IBJNews

Software firm TinderBox lands $3M VC investment

Back to TopCommentsE-mailPrintBookmark and Share

Indianapolis software developer TinderBox Inc. plans to fuel product development and build up its sales and marketing teams after receiving $3 million in venture capital.

Allos Ventures, which has an office in Carmel, led the investment round, which also included funding from Hyde Park Venture Partners in Chicago and other, previous investors.

Entrepreneurs and investors Dustin Sapp, Kristian Andersen and Mike Fitzgerald started TinderBox in 2010. The company’s software manages sales proposals.

“What we found is that our product, frankly, is already being pulled into other areas of our clients’ business,” said Sapp, the company’s president.

The recent cash infusion will let TinderBox build on its software so clients can more easily use it for pitches, contracts and other stages of the sales process in addition to proposals.

The company, which has close to 50 people based at its home office on Monument Circle, also needs more marketing, sales and executive-level staff to keep up with growing business prospects.

“We’ll continue to invest at all layers of the team,” Sapp said.

In just over four years, TinderBox has staked a claim as a promising up-and-comer in Indianapolis’ technology sector.

The firm doesn’t release its financial information. It lists ExactTarget Inc. and Angie’s List Inc. among its largest clients.

The company received a total of $2.1 million in two previous rounds of venture capital.

It also reached an an economic development agreement with the state a year ago to receive $1.4 million in tax credits, plus $55,000 in training grants, as long as it hires more than 95 people by 2016.

Hiring is on track to push beyond that number, Sapp said.

“TinderBox’s continued growth is a testament to the company’s leadership and technology, as well as the opportunities in the space,” Don Aquilano, managing director of Allos Ventures, said in a prepared statement.

ADVERTISEMENT

Post a comment to this story

COMMENTS POLICY
We reserve the right to remove any post that we feel is obscene, profane, vulgar, racist, sexually explicit, abusive, or hateful.
 
You are legally responsible for what you post and your anonymity is not guaranteed.
 
Posts that insult, defame, threaten, harass or abuse other readers or people mentioned in IBJ editorial content are also subject to removal. Please respect the privacy of individuals and refrain from posting personal information.
 
No solicitations, spamming or advertisements are allowed. Readers may post links to other informational websites that are relevant to the topic at hand, but please do not link to objectionable material.
 
We may remove messages that are unrelated to the topic, encourage illegal activity, use all capital letters or are unreadable.
 

Messages that are flagged by readers as objectionable will be reviewed and may or may not be removed. Please do not flag a post simply because you disagree with it.

Sponsored by
ADVERTISEMENT

facebook - twitter on Facebook & Twitter

Follow on TwitterFollow IBJ on Facebook:
Follow on TwitterFollow IBJ's Tweets on these topics:
 
Subscribe to IBJ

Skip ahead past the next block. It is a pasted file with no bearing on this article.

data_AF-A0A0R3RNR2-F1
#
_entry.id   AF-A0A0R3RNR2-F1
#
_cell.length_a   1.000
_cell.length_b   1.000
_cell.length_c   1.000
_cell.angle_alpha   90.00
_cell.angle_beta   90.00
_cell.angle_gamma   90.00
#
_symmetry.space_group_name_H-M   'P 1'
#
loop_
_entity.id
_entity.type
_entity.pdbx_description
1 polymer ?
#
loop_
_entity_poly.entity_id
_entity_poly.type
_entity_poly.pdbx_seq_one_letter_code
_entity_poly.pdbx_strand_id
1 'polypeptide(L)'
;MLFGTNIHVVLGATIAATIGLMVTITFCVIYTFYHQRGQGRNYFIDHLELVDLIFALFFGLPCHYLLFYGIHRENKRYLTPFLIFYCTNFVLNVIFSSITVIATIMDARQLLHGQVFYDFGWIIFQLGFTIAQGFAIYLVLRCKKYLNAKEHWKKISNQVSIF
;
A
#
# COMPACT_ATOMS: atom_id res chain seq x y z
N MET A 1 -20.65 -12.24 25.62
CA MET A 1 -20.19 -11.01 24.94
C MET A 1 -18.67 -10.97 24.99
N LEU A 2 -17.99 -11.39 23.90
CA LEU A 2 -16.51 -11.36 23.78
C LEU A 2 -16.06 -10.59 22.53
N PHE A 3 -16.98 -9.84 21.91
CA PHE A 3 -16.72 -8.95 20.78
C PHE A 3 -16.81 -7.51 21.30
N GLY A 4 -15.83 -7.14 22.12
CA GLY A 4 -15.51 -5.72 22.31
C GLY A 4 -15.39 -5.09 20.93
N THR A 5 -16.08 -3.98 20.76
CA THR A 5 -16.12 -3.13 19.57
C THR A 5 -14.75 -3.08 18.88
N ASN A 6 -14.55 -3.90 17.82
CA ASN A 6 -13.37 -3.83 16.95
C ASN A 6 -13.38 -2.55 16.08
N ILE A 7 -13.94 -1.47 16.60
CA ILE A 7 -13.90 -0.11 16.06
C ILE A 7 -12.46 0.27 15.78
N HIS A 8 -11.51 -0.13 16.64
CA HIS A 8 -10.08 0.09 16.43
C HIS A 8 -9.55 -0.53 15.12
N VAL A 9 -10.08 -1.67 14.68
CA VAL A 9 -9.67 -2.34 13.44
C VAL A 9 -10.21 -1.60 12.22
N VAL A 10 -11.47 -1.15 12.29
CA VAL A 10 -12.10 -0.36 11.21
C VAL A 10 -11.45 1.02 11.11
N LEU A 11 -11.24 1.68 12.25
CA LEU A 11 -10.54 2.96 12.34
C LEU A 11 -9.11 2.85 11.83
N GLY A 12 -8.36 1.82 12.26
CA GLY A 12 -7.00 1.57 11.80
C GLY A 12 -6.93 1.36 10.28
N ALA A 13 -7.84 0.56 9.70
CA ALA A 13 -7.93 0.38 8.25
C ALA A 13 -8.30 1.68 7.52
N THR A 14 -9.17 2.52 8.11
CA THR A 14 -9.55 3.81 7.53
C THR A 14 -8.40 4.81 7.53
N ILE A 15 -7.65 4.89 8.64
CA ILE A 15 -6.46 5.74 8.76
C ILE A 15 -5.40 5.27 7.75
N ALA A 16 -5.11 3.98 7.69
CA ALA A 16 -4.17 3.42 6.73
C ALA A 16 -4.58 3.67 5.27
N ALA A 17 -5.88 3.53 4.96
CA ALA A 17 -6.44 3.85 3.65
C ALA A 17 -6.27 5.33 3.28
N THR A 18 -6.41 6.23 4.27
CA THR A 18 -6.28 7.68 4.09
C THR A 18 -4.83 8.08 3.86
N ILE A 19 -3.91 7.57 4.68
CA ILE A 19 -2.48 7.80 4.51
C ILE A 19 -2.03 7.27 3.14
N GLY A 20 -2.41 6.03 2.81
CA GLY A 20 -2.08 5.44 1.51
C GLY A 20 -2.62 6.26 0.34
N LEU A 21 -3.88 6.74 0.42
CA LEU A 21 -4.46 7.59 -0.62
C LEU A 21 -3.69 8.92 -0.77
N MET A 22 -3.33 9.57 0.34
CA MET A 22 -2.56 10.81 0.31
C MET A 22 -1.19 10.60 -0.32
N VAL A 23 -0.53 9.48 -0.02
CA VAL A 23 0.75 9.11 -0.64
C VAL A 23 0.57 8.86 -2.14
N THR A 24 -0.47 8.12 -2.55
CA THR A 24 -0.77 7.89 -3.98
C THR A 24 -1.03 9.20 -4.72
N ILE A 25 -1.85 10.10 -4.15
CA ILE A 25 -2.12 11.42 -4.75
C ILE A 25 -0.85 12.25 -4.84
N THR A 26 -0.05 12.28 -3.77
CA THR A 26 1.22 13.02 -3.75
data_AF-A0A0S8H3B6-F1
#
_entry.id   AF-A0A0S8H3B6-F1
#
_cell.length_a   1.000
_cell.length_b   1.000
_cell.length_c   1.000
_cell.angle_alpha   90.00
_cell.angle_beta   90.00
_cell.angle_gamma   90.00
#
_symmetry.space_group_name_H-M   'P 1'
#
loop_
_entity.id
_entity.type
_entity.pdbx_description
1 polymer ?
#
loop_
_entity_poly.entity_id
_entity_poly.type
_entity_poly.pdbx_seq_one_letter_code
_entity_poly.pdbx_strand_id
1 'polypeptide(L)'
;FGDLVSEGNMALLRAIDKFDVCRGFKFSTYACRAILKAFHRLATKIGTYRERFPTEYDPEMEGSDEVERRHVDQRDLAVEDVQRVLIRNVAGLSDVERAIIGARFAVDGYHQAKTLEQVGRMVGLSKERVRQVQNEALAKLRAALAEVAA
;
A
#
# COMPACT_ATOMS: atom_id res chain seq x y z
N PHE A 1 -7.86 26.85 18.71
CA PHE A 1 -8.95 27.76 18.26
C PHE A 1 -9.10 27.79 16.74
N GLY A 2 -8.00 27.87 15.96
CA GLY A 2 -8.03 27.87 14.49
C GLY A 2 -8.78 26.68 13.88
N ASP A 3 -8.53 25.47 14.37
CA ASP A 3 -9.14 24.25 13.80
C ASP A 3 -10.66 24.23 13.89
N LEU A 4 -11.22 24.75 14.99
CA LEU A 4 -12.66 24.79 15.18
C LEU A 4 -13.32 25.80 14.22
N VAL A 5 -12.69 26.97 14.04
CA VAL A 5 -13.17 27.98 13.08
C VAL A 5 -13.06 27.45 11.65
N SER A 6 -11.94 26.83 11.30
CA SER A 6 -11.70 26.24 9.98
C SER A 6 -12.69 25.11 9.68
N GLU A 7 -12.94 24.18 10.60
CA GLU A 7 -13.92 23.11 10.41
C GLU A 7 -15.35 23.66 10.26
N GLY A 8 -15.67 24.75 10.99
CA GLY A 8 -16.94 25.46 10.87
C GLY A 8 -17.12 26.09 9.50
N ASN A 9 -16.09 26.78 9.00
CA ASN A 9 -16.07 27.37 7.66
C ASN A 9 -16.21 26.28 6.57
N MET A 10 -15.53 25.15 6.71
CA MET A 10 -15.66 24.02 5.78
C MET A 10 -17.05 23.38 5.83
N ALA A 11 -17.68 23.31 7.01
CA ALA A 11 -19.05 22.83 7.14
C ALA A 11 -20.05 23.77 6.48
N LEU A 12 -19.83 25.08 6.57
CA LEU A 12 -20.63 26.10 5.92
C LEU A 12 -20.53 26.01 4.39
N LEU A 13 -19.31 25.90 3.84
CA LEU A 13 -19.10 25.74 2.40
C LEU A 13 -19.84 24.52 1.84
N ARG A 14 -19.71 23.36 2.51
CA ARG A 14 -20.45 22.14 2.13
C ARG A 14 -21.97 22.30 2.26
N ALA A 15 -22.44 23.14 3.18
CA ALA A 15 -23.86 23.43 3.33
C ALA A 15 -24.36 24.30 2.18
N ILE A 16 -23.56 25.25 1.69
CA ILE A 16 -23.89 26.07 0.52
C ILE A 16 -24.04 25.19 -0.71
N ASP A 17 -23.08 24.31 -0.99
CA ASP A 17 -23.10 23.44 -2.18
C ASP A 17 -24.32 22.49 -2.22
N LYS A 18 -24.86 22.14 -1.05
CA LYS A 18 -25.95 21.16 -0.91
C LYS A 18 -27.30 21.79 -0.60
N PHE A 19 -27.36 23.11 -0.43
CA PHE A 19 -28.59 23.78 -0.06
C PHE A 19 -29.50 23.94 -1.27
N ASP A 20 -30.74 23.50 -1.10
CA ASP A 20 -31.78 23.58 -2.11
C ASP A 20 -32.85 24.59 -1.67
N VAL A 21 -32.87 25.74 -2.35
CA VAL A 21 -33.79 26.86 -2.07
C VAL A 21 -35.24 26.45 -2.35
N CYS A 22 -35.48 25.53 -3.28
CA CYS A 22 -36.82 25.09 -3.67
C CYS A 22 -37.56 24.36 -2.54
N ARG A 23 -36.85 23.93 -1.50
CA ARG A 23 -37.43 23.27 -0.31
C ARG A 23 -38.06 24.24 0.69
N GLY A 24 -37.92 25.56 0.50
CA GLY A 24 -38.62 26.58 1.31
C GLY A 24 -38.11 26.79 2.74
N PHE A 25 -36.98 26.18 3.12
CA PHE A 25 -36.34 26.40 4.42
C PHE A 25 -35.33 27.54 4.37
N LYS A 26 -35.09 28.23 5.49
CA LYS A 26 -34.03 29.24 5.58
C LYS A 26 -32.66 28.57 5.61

1. I took Bruce's comments to highlight a glaring issue when it comes to a state's image, and therefore its overall branding. An example is Michigan vs. Indiana. Michigan has done an excellent job of following through on its branding strategy around "Pure Michigan", even down to the detail of the rest stops. Since a state's branding is often targeted to visitors, it makes sense that rest stops, being that point of first impression, should be significant. It is clear that Indiana doesn't care as much about the impression it gives visitors even though our branding as the Crossroads of America does place importance on travel. Bruce's point is quite logical and accurate.

  2. I appreciated the article. I guess I have become so accustomed to making my "pit stops" at places where I can ALSO get gasoline and something hot to eat, that I hardly even notice public rest stops anymore. That said, I do concur with the rationale that our rest stops (if we are to have them at all) can and should be both fiscally-responsible AND designed to make a positive impression about our state.

  3. I don't know about the rest of you but I only stop at these places for one reason, and it's not to picnic. I move trucks for dealers and have been to rest areas in most all 48 lower states. Some of ours need upgrading no doubt. Many states rest areas are much worse than ours. In the rest area on I-70 just past Richmond truckers have to hike about a quarter of a mile. When I stop I;m generally in a bit of a hurry. Convenience,not beauty, is a primary concern.

  4. Community Hospital is the only system to not have layoffs? That is not true. Because I was one of the people who was laid off from East. And all of the LPN's have been laid off. Just because their layoffs were not announced or done all together does not mean people did not lose their jobs. They cherry-picked people from departments one by one. But you add them all up and it's several hundred. And East has had a dramatic drop I in patient beds from 800 to around 125. I know because I worked there for 30 years.

  5. I have obtained my 6 gallon badge for my donation of A Positive blood. I'm sorry to hear that my donation was nothing but a profit center for the Indiana Blood Center.

ADVERTISEMENT